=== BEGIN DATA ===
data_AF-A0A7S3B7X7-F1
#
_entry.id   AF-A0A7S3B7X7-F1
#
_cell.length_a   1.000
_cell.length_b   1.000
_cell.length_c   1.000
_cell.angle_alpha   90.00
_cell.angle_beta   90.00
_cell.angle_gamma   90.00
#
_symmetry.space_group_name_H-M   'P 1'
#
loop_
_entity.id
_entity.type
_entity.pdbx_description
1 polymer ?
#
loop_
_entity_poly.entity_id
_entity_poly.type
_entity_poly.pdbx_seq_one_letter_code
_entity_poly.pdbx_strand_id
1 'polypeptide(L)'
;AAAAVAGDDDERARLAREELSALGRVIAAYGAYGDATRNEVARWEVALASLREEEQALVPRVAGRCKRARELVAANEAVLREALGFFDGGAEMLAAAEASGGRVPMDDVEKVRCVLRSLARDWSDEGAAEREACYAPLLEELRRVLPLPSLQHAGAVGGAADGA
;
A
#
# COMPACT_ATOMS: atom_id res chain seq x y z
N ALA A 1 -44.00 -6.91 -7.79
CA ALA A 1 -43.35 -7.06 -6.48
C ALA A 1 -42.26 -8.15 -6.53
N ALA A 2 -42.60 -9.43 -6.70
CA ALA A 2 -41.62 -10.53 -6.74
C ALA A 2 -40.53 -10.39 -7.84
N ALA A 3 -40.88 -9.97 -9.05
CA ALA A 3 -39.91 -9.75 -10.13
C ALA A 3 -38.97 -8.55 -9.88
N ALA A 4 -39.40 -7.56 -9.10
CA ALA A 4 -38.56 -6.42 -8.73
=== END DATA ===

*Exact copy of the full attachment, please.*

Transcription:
data_AF-A0A7S3B7X7-F1
#
_entry.id   AF-A0A7S3B7X7-F1
#
_cell.length_a   1.000
_cell.length_b   1.000
_cell.length_c   1.000
_cell.angle_alpha   90.00
_cell.angle_beta   90.00
_cell.angle_gamma   90.00
#
_symmetry.space_group_name_H-M   'P 1'
#
loop_
_entity.id
_entity.type
_entity.pdbx_description
1 polymer ?
#
loop_
_entity_poly.entity_id
_entity_poly.type
_entity_poly.pdbx_seq_one_letter_code
_entity_poly.pdbx_strand_id
1 'polypeptide(L)'
;AAAAVAGDDDERARLAREELSALGRVIAAYGAYGDATRNEVARWEVALASLREEEQALVPRVAGRCKRARELVAANEAVLREALGFFDGGAEMLAAAEASGGRVPMDDVEKVRCVLRSLARDWSDEGAAEREACYAPLLEELRRVLPLPSLQHAGAVGGAADGA
;
A
#
# COMPACT_ATOMS: atom_id res chain seq x y z
N ALA A 1 -44.00 -6.91 -7.79
CA ALA A 1 -43.35 -7.06 -6.48
C ALA A 1 -42.26 -8.15 -6.53
N ALA A 2 -42.60 -9.43 -6.70
CA ALA A 2 -41.62 -10.53 -6.74
C ALA A 2 -40.53 -10.39 -7.84
N ALA A 3 -40.88 -9.97 -9.05
CA ALA A 3 -39.91 -9.75 -10.13
C ALA A 3 -38.97 -8.55 -9.88
N ALA A 4 -39.40 -7.56 -9.10
CA ALA A 4 -38.56 -6.42 -8.73